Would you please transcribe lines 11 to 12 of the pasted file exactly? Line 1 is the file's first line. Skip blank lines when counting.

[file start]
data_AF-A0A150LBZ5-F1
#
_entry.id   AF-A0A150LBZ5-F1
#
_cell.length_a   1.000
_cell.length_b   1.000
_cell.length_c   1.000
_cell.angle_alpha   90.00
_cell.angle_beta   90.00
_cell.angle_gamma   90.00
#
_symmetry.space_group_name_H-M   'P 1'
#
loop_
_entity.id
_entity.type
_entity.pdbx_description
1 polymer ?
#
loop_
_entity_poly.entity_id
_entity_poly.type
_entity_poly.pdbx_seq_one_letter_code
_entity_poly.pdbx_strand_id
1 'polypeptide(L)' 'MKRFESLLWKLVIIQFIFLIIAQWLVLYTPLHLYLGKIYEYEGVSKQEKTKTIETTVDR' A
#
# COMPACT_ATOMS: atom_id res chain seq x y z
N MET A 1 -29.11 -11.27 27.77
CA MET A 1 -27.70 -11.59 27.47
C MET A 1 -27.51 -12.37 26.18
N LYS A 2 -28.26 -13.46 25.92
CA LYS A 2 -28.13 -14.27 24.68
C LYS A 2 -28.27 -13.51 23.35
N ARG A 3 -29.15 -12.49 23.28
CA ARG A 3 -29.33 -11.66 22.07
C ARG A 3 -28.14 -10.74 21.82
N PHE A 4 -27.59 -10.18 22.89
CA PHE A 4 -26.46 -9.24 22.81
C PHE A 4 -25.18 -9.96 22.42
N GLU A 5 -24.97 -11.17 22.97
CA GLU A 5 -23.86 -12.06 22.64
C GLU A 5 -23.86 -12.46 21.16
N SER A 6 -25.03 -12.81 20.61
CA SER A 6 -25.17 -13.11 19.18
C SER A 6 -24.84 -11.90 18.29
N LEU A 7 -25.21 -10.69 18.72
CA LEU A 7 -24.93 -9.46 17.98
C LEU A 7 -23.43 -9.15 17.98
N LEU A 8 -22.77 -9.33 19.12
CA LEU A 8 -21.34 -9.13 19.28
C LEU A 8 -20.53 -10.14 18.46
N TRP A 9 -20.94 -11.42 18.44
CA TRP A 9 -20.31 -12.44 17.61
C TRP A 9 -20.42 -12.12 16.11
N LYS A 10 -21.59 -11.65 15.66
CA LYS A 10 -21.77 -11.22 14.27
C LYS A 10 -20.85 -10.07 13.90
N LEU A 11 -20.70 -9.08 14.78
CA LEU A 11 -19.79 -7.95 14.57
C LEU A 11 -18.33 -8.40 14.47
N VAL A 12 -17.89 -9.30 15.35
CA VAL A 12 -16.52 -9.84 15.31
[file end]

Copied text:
#
_symmetry.space_group_name_H-M   'P 1'